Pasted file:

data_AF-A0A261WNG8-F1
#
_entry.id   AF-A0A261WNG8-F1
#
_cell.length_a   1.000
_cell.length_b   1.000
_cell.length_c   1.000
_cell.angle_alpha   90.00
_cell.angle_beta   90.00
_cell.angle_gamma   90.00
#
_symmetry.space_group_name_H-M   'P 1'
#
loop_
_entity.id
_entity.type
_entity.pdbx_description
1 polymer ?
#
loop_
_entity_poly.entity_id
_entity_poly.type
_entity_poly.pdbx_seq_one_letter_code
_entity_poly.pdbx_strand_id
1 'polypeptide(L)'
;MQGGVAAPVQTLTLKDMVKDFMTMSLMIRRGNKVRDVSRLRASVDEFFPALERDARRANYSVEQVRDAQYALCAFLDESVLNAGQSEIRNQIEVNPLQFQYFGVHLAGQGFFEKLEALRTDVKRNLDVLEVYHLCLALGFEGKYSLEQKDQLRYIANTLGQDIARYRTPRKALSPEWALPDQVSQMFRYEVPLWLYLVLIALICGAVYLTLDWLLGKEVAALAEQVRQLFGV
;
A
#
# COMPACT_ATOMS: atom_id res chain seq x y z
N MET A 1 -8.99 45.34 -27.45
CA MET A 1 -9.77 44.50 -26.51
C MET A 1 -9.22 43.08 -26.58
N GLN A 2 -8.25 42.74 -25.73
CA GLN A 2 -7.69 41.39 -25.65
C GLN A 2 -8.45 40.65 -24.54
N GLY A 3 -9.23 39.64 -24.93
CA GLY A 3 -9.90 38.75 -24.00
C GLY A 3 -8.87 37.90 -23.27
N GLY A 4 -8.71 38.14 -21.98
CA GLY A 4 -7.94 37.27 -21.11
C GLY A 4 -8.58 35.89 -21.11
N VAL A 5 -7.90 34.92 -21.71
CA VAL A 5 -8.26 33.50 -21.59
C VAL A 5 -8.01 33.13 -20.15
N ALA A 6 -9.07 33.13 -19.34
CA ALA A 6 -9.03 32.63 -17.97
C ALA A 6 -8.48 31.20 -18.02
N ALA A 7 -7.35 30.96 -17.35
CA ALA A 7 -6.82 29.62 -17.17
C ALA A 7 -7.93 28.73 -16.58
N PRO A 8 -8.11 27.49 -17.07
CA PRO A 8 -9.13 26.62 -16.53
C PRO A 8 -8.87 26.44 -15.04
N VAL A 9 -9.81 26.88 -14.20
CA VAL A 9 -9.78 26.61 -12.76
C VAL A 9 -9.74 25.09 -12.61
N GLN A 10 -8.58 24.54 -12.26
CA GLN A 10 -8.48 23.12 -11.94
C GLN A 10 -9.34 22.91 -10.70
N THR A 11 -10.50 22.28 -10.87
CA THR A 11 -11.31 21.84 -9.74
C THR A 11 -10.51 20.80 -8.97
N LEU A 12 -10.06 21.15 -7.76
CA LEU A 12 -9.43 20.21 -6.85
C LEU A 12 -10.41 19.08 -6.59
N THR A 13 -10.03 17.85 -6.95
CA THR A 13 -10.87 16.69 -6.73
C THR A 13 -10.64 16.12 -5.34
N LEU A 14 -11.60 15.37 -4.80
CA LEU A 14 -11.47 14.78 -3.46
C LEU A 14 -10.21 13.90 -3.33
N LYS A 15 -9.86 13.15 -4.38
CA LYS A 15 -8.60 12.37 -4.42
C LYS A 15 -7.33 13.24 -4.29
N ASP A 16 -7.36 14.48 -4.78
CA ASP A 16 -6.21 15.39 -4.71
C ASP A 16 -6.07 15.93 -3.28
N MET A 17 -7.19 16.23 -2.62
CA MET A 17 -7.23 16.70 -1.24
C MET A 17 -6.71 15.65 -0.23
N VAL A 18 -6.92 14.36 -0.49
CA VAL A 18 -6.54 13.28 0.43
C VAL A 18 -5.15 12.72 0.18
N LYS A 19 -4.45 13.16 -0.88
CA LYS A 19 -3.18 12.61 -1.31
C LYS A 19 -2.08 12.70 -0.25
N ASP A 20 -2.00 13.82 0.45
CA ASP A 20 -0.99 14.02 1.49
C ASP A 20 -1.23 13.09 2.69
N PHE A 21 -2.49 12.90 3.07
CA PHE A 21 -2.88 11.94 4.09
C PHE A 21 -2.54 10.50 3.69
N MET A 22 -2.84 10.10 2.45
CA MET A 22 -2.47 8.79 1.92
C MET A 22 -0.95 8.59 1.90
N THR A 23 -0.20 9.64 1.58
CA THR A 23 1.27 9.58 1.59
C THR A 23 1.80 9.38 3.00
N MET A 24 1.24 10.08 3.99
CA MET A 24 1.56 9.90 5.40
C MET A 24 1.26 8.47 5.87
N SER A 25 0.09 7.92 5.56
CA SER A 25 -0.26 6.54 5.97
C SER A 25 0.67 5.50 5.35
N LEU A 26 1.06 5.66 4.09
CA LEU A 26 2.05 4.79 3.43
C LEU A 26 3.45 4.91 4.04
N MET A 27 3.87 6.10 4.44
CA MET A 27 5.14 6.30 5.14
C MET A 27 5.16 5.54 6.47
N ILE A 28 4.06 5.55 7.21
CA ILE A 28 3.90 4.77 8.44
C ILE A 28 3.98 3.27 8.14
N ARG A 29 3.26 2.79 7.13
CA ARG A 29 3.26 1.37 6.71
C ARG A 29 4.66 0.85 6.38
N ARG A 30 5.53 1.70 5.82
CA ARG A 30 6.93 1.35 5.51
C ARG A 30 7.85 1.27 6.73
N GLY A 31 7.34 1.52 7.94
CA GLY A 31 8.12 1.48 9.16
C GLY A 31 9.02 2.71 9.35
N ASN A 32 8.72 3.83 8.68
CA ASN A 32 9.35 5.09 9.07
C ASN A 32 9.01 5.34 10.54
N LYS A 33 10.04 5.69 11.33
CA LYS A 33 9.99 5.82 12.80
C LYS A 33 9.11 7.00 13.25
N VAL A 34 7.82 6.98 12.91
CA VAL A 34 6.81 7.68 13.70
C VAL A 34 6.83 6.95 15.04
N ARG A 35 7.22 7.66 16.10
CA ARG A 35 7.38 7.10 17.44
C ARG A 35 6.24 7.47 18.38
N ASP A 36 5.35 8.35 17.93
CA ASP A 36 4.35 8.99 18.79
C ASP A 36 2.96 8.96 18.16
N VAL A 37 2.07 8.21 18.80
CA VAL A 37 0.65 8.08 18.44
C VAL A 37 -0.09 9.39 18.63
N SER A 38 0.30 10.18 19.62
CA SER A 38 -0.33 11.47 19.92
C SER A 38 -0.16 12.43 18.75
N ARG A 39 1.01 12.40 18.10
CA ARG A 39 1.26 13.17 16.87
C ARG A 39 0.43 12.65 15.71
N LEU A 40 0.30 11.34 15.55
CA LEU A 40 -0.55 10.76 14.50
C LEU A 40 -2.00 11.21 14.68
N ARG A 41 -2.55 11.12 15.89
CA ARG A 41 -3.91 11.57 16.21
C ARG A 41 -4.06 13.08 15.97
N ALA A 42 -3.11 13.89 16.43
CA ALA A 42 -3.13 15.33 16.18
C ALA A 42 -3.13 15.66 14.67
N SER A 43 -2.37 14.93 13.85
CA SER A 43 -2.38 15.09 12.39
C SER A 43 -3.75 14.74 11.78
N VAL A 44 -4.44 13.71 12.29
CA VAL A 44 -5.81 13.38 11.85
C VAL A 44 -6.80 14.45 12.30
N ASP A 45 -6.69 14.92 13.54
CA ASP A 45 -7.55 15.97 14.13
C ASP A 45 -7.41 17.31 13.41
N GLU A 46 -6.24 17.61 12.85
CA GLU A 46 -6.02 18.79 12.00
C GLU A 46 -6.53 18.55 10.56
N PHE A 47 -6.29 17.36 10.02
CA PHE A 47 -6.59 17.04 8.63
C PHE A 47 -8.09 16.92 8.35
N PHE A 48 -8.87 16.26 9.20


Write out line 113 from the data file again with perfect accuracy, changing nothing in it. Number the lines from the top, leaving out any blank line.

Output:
CA ILE A 28 3.90 4.77 8.44